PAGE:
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Towed away: Slack parker finds car gone
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Jimmy-T
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26/08/2018 - 5:49 pm
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A friend in a small apartment block in Sydney recently told me a story that shows just how bad things can get when you choose to not only ignore your visitor parking by-laws, but ride (or drive) roughshod over them.

A resident in this block has two cars but only one parking spot so, it seems, she “managed” this arithmetic problem by the liberal and illegal use of visitor parking, figuring that no one was monitoring it too closely and so she could get away with it.

This proved to be the case until she took herself overseas for several months, leaving car number one in her official spot but parking the other one in a visitor slot.

Due some bona fide visitors parking in the other spots (inconsiderate b***s!) she had to use a ‘disabled’ spot.

But that was OK. She’d instructed her almost grown-up son to move the car every couple of days, so that her by-law breaching activities would remain undetected.

Except … well, my friend isn’t sure what happened but Sonny-boy never got round to it.  Or maybe he did it a couple of times and then it became too much of a chore.

Or maybe he was outraged by his mother’s lack of community spirit and/or concern for people with genuine mobility issues and decided to sabotage the effort.  Just joking.  He was slack, is the most likely reason.

Anyway, the car sat in the disabled visitor spot for days, then weeks, gathering dust not to mention dirty looks.

So the strata committee, thinking it had been abandoned, put the prescribed ‘move it or lose it’ stickers on the vehicle. These are posters defined by strata regulations, telling the owners they had five days to remove the car or it would be towed.

Now, here’s where it gets interesting.  Under section 34 of the NSW strata regulations, the owners corp can have a motor vehicle moved to another part of common property or to “the nearest place to which it may be lawfully moved”.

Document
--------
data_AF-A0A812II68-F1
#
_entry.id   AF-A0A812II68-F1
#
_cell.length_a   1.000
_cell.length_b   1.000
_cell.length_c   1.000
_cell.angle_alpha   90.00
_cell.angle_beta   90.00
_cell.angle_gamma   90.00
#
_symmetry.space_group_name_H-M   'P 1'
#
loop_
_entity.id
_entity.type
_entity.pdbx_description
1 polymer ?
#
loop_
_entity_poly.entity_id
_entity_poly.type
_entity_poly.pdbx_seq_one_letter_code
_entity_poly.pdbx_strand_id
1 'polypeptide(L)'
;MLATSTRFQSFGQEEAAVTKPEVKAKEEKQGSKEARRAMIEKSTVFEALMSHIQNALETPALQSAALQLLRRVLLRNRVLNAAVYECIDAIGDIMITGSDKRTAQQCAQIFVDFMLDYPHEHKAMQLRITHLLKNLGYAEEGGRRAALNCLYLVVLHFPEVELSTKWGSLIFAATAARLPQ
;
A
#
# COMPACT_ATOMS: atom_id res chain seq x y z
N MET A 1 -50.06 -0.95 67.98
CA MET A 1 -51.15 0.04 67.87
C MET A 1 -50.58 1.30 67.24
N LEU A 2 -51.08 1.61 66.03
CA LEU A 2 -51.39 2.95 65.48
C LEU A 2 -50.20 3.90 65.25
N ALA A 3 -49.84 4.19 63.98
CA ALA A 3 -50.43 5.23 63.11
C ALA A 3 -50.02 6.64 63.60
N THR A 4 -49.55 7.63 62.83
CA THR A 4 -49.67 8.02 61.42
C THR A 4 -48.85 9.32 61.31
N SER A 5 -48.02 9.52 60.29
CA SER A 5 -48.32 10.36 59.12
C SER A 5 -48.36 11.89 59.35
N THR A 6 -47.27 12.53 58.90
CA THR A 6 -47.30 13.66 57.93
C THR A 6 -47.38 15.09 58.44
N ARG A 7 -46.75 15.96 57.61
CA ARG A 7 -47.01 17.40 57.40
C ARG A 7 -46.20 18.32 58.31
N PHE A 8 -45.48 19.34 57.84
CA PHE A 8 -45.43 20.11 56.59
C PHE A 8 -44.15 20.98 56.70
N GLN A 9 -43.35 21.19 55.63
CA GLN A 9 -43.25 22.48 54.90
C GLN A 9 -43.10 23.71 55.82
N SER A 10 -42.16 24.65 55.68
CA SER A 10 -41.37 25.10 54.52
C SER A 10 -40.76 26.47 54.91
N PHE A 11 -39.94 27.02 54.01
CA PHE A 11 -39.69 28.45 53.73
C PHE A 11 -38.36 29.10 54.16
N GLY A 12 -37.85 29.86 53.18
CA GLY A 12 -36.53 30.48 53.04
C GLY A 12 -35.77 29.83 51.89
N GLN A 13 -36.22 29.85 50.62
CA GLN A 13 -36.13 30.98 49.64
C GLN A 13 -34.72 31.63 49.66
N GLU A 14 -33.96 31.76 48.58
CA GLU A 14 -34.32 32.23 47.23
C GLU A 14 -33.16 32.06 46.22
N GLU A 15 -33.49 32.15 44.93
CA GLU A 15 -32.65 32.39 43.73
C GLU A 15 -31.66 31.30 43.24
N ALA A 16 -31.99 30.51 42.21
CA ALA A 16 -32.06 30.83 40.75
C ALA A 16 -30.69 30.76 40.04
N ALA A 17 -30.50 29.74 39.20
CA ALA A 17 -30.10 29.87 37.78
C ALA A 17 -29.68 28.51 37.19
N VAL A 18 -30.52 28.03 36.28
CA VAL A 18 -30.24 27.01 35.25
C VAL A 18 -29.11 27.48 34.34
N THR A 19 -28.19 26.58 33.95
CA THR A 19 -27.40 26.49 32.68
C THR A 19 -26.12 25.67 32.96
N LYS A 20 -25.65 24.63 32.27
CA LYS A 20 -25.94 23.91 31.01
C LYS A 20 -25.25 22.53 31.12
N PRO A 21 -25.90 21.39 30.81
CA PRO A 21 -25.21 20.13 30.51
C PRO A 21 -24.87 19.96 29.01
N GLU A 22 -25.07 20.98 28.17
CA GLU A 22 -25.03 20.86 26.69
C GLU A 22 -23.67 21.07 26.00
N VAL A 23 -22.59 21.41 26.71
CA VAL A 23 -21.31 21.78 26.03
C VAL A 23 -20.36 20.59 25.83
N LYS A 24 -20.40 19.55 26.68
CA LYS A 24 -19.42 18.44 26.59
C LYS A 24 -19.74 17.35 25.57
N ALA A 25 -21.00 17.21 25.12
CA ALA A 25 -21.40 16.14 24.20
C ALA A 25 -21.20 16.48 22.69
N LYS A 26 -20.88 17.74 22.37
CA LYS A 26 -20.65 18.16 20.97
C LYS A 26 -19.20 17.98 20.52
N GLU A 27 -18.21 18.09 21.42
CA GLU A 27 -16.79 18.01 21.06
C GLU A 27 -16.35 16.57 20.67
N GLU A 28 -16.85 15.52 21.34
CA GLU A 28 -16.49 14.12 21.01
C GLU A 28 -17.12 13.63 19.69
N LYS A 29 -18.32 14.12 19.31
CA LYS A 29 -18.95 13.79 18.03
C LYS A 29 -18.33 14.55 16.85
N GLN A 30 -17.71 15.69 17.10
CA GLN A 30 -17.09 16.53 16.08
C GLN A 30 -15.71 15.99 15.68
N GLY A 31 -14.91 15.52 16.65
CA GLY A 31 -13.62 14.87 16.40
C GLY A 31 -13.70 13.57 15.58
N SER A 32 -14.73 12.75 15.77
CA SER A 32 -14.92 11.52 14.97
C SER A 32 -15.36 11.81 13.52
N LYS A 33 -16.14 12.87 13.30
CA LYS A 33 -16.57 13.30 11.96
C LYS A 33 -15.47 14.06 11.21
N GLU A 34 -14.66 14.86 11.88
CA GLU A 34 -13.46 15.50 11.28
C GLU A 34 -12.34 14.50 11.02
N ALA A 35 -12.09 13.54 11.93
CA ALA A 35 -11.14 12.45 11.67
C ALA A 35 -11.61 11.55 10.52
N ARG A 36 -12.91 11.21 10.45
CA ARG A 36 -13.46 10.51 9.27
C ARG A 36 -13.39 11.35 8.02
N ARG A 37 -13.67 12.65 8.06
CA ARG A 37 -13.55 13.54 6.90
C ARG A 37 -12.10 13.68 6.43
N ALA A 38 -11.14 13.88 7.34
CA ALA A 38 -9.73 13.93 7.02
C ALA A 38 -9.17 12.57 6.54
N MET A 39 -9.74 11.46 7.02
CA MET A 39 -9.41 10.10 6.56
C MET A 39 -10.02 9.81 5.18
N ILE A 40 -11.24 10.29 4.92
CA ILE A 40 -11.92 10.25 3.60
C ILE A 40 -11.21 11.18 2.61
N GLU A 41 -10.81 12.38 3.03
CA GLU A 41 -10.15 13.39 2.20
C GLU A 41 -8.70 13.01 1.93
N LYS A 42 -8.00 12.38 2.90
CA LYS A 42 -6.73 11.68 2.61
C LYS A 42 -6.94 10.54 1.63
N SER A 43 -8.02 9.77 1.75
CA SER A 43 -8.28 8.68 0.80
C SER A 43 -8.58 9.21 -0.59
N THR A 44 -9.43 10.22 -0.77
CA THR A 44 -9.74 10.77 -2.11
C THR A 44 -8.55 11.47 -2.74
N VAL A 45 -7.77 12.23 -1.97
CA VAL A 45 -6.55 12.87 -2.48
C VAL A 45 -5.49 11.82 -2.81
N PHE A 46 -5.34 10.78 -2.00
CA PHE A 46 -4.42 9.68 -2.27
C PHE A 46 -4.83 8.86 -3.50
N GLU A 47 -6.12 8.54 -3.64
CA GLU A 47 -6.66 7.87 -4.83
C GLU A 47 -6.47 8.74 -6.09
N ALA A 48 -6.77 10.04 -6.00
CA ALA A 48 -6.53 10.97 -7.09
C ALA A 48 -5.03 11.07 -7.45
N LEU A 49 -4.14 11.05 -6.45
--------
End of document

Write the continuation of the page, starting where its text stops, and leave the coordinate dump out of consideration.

The tow truck company said, “OK, we’ll move it, but it has to go to our yard for safe keeping.  We are not just moving it out on to the street because it won’t be safe there. Your call.”

The regs also say, “for that purpose (moving it) the owners corporation is taken to be the owner of the motor vehicle”. So the committee said “fine – take it away.”

Now, when she comes back from holiday, the lady who thinks the word ‘visitor’ in the phrase ‘visitor parking’ means “free” is going to find her car gone and a bill for its removal and storage.

Can they do that?  The Tribunal (NCAT) can order that the owner of a car towed under this regulation pays the owners corp reasonable costs incurred in doing so.

I’m guessing the kind of person who parks for months in a disabled visitor car spot will fight tooth and nail not to pay the tow truck bills.  But there’s one thing we know for sure – one slacker son has a bit of explaining to do.

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Flame Tree
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28/08/2018 - 9:57 am
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Recalcitrant parkers at my place have returned to their car to find a 3 x 5 inch sticker stuck to the drivers side window with my hand written note advising them of their errant ways. The 10 minutes it takes them to remove it usually gets them thinking about future breaches. If you do something similar you must not make it dangerous for them to drive away with impaired visibility, so avoid areas like the windscreen or side mirrors.

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Ziggy
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29/08/2018 - 10:30 am
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There’s only one difference in the holidaying mum leaving her car in a disabled spot for months and the workers in my apartment block parking all day, every day for months. At least the Strata Committee did something about it. Mine don’t and won’t.